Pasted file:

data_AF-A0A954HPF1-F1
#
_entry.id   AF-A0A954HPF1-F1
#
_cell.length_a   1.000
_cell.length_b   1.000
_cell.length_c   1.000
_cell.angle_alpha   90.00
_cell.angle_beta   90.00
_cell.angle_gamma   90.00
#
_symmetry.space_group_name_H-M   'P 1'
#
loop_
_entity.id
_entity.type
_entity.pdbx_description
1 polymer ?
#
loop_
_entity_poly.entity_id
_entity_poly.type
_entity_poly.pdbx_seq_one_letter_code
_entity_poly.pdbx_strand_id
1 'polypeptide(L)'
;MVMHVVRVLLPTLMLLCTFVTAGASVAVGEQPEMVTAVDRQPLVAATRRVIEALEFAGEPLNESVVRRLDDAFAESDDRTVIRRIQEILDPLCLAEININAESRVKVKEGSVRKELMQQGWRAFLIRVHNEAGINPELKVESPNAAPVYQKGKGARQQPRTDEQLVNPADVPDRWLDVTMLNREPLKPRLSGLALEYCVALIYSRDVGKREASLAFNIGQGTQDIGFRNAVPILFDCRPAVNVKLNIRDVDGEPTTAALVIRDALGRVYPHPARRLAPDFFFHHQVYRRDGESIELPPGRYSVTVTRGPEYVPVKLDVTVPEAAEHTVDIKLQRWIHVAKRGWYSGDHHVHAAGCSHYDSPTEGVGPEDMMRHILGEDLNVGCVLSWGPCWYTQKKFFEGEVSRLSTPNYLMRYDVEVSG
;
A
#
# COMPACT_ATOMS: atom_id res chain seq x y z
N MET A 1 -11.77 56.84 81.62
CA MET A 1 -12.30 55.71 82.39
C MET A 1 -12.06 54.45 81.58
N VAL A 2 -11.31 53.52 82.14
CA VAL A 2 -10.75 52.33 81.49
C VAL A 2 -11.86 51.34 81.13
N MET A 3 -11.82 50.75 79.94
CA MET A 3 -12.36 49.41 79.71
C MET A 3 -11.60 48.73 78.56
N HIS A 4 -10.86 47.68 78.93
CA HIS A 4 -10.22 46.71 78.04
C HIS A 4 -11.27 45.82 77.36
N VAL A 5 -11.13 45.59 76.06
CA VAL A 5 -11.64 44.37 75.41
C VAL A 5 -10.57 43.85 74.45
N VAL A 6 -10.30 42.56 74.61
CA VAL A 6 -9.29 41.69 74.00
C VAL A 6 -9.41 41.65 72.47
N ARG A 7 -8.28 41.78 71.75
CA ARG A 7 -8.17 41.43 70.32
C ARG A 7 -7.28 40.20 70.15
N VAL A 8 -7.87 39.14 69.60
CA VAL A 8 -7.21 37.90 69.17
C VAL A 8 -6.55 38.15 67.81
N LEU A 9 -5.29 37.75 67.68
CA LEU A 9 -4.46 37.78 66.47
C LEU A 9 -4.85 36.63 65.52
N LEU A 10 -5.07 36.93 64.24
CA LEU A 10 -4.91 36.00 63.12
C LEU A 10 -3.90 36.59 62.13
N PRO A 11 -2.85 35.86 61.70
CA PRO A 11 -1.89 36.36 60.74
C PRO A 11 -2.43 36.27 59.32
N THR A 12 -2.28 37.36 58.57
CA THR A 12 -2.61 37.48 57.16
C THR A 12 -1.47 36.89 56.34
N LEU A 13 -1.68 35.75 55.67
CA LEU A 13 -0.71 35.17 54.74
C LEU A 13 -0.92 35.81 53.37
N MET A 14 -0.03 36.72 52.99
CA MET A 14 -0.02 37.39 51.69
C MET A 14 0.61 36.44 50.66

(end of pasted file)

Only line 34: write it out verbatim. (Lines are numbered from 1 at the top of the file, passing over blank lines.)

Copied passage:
N VAL A 2 -11.31 53.52 82.14